It began with a conversation. Jason wanted to talk over a new environmental literature course at Phillips Exeter Academy, and Mark, at the time the president of ASLE, was hoping to create new opportunities for secondary educators in our association. Two years later, twenty-five elementary and secondary school faculty gathered for the inaugural Environmental Literature Institute (ELI) at Phillips Exeter Academy in Exeter, New Hampshire. Participants from Hawaii, California, New Mexico, Georgia, New York, Vermont, New Hampshire, and Toronto, Canada, spent a week in New Hampshire developing new courses and revising curriculum for a range of secondary school settings.
We welcomed as keynote speaker and workshop leader Scott Russell Sanders, who spent a year at Phillips Exeter in 1974-75 as a Bennett Fellow. And throughout the week we were guided by the generous spirit of the late Exeter Instructor Peter Greer—whose course Literature and the Land was among the earliest environmental literature courses to be taught at the secondary school level.
Each day began with morning physical and reflective activities, including walking and running, yoga, and mountain biking. Participants then circled at the Harkness table to discuss writing by Robin Wall Kimmerer, Gary Paul Nabhan, Richard Wright, Robert Frost, and Marc Bekoff; participated in daily field sessions with the workshop leaders; and took advantage of time set aside for course and curriculum building.
The week included a series of special events as well. Scott Russell Sanders’ presented “Taking Care of Home: Sustainability on a Small Planet.” We discussed Climate change pedagogy via Skype with Stephen Siperstein, who will be joining the faculty of Choate Rosemary Hall next year. We enjoyed an evening with John Elder reading, playing music, and discussing his newest book, Picking up the Flute, at the Water Street Bookstore. And Jennifer Pharr Davis, author and 2012 National Geographic Adventurer of the Year, shared some of her experiences walking over 12,000 miles on six different continents.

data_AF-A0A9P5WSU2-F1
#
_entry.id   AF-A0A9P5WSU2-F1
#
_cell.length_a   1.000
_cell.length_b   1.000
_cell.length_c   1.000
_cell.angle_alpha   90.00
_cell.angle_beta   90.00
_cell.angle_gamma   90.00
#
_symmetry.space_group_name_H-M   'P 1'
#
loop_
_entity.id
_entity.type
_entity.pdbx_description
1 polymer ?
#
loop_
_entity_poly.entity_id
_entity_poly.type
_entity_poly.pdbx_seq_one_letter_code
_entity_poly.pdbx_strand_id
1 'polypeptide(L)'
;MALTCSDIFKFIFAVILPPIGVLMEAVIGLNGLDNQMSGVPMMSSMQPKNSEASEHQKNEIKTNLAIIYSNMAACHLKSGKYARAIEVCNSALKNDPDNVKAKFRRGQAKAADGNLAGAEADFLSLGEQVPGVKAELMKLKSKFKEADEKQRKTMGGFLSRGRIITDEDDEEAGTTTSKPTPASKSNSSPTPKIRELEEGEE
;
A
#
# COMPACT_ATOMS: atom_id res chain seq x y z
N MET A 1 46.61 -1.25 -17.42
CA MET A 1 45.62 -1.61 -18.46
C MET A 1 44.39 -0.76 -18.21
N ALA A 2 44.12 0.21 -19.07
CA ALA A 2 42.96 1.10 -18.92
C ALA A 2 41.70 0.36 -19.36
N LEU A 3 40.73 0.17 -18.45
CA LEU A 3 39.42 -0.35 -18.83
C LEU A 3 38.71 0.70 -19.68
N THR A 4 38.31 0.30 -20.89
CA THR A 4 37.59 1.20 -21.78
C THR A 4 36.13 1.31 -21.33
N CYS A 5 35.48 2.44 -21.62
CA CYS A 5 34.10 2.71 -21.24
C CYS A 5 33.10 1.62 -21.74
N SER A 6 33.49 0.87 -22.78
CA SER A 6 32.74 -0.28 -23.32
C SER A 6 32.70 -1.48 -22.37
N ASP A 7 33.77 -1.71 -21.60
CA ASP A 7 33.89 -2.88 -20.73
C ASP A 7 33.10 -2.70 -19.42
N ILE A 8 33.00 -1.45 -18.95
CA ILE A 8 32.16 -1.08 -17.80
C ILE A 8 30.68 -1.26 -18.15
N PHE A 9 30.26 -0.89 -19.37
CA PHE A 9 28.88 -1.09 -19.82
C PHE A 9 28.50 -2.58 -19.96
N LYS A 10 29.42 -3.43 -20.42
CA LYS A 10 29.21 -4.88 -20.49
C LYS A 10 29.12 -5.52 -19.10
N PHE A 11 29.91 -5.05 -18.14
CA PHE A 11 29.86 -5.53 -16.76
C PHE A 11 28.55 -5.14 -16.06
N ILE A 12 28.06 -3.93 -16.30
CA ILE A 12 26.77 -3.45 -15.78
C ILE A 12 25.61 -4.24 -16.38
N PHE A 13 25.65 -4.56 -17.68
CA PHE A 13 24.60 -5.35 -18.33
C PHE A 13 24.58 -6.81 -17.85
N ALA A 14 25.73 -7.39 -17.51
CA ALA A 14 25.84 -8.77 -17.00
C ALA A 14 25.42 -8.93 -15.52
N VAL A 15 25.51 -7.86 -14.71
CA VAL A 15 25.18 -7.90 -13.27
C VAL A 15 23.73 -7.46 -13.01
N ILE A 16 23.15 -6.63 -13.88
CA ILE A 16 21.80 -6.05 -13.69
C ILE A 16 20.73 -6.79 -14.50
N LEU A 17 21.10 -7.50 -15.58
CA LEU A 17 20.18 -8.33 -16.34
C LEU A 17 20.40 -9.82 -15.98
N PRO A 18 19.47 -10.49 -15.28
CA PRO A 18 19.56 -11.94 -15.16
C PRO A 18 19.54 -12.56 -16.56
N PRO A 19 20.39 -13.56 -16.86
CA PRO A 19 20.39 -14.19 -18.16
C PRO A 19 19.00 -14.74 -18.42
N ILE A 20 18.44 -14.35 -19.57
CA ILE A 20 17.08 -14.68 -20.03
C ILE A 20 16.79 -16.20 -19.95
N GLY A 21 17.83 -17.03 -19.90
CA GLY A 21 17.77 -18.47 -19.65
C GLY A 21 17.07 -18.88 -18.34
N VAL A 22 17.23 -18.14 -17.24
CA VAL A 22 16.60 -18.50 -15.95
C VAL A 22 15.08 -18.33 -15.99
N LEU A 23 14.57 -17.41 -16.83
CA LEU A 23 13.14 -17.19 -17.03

Participants considered a range of interdisciplinary and field-based pedagogies. Master teachers Scott and John shared their experiences and provided mentoring—both in the classroom and in a writing and poetry discussion at a local biodynamic farm. Clare Walker Leslie guided participants in the art of seeing nature through drawing—in the classroom, out of doors on the campus, and in the open fields of the Colby Farm. And Patrick Thomas from Milkweed Editions offered an insider’s view of the interplay between writing and publishing. ELI concluded with the participants sharing their work in progress: revised units for existing courses, new course ideas, and aspirations for interdisciplinary collaborations.
ELI is committed to developing a teacher collaborative committed to developing environmental humanities at the secondary level. Our vision is to share the resources of ASLE with secondary school colleagues as well as to share the wisdom, resources, and pedagogical methods of our secondary school teachers with the members of ASLE who teach in post-secondary schools.
Among the goals of the 2014 ASLE strategic plan is to improve public discourse about the environment through community-based, K-12, and undergraduate programs. To this end, members of ELI received two-year memberships to ASLE, a collection of resources from Milkweed Editions, and a subscription to Orion magazine. We have also set up in the ASLE Member Community a Chatter forum designed to share resources and materials among secondary educators working in the environmental humanities. We are considering a workshop at ASLE 2017 featuring ELI alumni. And we are talking about a mentoring network for secondary school teachers as we plan for ELI 2017.